Usually OK—My wife and I are ST fans. All series. Enterprise has been (in our opinion) pretty good so far. As another person said, unlike STNG, this is still a far from "Star Trek perfect age". Humanity is still making mistakes and some of it sets the stage from what we know to be events in the generations to come. I've heard only one cursory "lip service" remark about the church. That was when Dr. Flox (the character who wants to experience everything from different forms of worship to pancakes with maple syrup) mentioned that he had attended services in a St. Somebodys (forget which “saint” this was) cathedral on Earth. At least we're lead to believe that the Church is still allowed to exist in the mid 22nd century. In what form? Who knows. Captain Archer isn't the "space cowboy" that Kirk was, but Archer is a pretty good “person”. I'd serve under him on a starship. Except for the Vulcan coldness of T'Paul, he has a good crew too. I especially like Trip. He Southern drawl and laid back attitude are a refreshing change from the humanistic, semi-tolerant-of-religion-tho-he'd-rather-not-have-it-around-him mindset of Jean Luc Picard. Picard was a good captain, but too humanistic for me. With Kirk being my favorite Star Trek captain, I'd put Picard on the bottom of the list with Janeway right above him. Archer is Sisko are a tie right now. I like Enterprise. I hope it goes for a while. Like others, I've heard about how the British character might be gay, but I wonder after one episode where he made it seem like he slept with every woman in one town back on Earth. According to another recent episode, he's also rather fond of T'Paul's “bum”. If he "comes out", we might quit watching. Nitpicking time on my part. The writers and creators do some re-writing of Star Trek history in a few places. I'm not one who is in favor of some writes own interpretation of how things went. If the Klingons in Kirks day didn't have ridges on their foreheads, the Klingons that Archer runs across shouldn't either. At least they kept the basic designs of Klingon ships the same as the classic ST episodes (the “D” class for those in the know). In the world of ST, we get better and better as a race. In the real world, the words of God are coming truer and truer with each passing day. We are NOT getting better, we're getting worse. I like to think that if the writers/creators of Star Trek can create such a wondrous universe with their finite minds and thinking, imagine what an infinite, omnipotent and eternal Creator has done in reality.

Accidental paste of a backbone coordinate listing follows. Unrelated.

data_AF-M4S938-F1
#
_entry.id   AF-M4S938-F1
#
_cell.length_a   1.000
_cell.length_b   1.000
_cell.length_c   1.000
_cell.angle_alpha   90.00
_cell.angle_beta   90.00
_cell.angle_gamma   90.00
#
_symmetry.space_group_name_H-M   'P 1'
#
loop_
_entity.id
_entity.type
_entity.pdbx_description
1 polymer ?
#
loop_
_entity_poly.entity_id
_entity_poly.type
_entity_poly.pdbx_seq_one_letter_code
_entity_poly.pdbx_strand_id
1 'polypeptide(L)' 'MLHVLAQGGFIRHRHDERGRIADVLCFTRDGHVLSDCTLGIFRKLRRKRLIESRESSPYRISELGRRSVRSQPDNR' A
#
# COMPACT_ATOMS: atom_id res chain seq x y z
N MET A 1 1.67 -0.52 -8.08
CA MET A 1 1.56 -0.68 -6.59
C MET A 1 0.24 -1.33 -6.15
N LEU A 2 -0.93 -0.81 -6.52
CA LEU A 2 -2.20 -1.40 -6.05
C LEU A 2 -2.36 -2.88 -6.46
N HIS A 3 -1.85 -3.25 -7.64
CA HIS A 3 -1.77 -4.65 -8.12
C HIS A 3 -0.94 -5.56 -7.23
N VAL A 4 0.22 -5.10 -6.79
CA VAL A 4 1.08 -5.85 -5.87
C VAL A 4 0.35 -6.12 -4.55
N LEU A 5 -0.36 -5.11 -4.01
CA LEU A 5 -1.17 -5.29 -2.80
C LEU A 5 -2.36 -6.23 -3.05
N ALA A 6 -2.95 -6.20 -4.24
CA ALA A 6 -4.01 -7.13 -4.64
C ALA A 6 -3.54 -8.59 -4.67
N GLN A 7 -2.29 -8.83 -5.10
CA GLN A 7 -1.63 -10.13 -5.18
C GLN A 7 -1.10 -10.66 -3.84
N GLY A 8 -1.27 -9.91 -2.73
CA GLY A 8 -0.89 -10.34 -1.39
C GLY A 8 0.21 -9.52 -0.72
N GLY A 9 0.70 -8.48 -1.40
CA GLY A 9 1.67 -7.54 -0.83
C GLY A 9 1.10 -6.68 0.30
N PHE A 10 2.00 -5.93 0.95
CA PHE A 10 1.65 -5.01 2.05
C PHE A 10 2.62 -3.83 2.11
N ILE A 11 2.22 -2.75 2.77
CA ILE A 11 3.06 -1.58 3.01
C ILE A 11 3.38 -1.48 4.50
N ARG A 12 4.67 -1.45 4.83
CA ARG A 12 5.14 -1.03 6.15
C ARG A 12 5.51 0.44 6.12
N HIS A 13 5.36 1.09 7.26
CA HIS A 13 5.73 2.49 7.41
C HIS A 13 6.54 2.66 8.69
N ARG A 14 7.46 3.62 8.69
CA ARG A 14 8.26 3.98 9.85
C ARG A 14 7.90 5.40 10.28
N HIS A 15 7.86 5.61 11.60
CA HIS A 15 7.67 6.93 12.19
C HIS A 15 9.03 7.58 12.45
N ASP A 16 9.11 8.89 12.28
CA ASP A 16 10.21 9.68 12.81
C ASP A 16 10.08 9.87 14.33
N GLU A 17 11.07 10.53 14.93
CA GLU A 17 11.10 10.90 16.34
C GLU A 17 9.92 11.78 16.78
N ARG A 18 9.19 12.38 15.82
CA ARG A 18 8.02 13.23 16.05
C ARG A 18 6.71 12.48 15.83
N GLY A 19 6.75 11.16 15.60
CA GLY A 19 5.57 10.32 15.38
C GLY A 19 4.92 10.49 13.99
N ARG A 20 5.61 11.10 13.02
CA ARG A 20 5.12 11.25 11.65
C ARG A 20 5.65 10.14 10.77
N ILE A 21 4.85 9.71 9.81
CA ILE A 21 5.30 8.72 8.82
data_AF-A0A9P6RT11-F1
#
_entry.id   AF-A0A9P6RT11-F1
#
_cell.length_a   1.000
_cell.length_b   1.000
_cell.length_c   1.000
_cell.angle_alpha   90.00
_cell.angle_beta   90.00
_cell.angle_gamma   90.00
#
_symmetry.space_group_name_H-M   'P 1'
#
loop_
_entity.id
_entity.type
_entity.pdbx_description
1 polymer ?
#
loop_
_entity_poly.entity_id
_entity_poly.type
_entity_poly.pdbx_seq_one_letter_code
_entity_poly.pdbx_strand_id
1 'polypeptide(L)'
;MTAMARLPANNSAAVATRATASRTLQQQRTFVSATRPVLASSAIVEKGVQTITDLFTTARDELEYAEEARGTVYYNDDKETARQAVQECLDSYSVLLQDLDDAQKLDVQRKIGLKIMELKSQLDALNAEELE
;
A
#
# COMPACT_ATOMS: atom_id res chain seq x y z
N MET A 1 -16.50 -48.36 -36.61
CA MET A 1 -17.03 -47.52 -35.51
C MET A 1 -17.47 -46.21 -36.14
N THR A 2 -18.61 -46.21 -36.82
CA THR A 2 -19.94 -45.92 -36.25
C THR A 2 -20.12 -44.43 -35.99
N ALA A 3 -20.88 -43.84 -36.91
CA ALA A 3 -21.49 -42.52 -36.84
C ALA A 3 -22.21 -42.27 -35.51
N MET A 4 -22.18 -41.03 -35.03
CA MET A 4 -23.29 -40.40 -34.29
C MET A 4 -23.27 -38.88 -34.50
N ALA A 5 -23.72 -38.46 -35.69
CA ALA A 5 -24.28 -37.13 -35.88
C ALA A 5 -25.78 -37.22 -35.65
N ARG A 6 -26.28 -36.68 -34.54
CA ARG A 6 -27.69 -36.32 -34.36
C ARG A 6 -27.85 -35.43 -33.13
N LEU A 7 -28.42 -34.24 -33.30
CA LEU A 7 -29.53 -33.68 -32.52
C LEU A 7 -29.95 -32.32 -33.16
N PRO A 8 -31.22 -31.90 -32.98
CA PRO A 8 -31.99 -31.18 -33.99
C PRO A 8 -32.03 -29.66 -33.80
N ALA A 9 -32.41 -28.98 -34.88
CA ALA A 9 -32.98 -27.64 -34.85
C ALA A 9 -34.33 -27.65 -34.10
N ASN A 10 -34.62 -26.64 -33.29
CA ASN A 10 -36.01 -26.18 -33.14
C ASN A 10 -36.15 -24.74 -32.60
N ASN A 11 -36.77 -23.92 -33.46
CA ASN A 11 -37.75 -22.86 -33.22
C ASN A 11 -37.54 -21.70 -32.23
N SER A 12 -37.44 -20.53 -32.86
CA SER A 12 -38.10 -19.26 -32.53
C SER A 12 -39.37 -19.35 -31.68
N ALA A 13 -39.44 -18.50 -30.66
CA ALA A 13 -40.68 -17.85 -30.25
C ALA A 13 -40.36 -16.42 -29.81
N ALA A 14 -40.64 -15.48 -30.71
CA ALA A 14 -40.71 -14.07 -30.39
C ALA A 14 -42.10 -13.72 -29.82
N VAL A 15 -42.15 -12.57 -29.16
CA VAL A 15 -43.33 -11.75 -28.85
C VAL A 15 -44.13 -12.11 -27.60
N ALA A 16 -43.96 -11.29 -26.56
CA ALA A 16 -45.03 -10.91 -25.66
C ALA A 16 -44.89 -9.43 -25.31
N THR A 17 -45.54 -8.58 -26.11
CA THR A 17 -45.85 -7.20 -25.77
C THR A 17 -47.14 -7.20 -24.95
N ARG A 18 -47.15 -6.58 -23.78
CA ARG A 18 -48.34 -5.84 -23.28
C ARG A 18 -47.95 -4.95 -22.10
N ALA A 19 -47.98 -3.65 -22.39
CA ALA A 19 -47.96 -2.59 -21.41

—James, age 37